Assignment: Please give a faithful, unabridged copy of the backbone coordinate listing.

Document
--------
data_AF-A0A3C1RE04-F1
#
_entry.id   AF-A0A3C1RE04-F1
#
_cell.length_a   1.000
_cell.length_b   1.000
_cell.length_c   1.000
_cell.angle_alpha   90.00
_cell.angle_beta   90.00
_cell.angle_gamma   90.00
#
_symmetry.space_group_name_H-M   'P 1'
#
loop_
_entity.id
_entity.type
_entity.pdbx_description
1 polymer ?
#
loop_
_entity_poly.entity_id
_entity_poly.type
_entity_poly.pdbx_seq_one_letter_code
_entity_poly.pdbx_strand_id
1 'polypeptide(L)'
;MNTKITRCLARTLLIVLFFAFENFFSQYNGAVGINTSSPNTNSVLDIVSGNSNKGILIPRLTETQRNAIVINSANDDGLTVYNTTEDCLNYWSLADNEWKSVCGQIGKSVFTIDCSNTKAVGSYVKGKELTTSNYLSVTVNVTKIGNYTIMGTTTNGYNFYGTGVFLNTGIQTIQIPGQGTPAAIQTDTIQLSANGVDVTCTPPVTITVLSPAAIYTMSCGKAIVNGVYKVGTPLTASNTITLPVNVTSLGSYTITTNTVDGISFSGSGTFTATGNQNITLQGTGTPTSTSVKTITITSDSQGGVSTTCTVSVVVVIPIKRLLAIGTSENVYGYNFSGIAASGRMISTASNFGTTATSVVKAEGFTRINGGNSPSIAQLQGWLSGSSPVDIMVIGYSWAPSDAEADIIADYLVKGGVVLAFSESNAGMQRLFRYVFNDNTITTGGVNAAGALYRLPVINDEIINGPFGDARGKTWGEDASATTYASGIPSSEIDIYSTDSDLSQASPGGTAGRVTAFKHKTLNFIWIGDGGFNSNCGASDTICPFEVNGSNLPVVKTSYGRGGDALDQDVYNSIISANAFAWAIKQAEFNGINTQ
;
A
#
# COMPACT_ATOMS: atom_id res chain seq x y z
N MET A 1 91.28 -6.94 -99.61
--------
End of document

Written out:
data_AF-A0A3C1RE04-F1
#
_entry.id   AF-A0A3C1RE04-F1
#
_cell.length_a   1.000
_cell.length_b   1.000
_cell.length_c   1.000
_cell.angle_alpha   90.00
_cell.angle_beta   90.00
_cell.angle_gamma   90.00
#
_symmetry.space_group_name_H-M   'P 1'
#
loop_
_entity.id
_entity.type
_entity.pdbx_description
1 polymer ?
#
loop_
_entity_poly.entity_id
_entity_poly.type
_entity_poly.pdbx_seq_one_letter_code
_entity_poly.pdbx_strand_id
1 'polypeptide(L)'
;MNTKITRCLARTLLIVLFFAFENFFSQYNGAVGINTSSPNTNSVLDIVSGNSNKGILIPRLTETQRNAIVINSANDDGLTVYNTTEDCLNYWSLADNEWKSVCGQIGKSVFTIDCSNTKAVGSYVKGKELTTSNYLSVTVNVTKIGNYTIMGTTTNGYNFYGTGVFLNTGIQTIQIPGQGTPAAIQTDTIQLSANGVDVTCTPPVTITVLSPAAIYTMSCGKAIVNGVYKVGTPLTASNTITLPVNVTSLGSYTITTNTVDGISFSGSGTFTATGNQNITLQGTGTPTSTSVKTITITSDSQGGVSTTCTVSVVVVIPIKRLLAIGTSENVYGYNFSGIAASGRMISTASNFGTTATSVVKAEGFTRINGGNSPSIAQLQGWLSGSSPVDIMVIGYSWAPSDAEADIIADYLVKGGVVLAFSESNAGMQRLFRYVFNDNTITTGGVNAAGALYRLPVINDEIINGPFGDARGKTWGEDASATTYASGIPSSEIDIYSTDSDLSQASPGGTAGRVTAFKHKTLNFIWIGDGGFNSNCGASDTICPFEVNGSNLPVVKTSYGRGGDALDQDVYNSIISANAFAWAIKQAEFNGINTQ
;
A
#
# COMPACT_ATOMS: atom_id res chain seq x y z
N MET A 1 91.28 -6.94 -99.61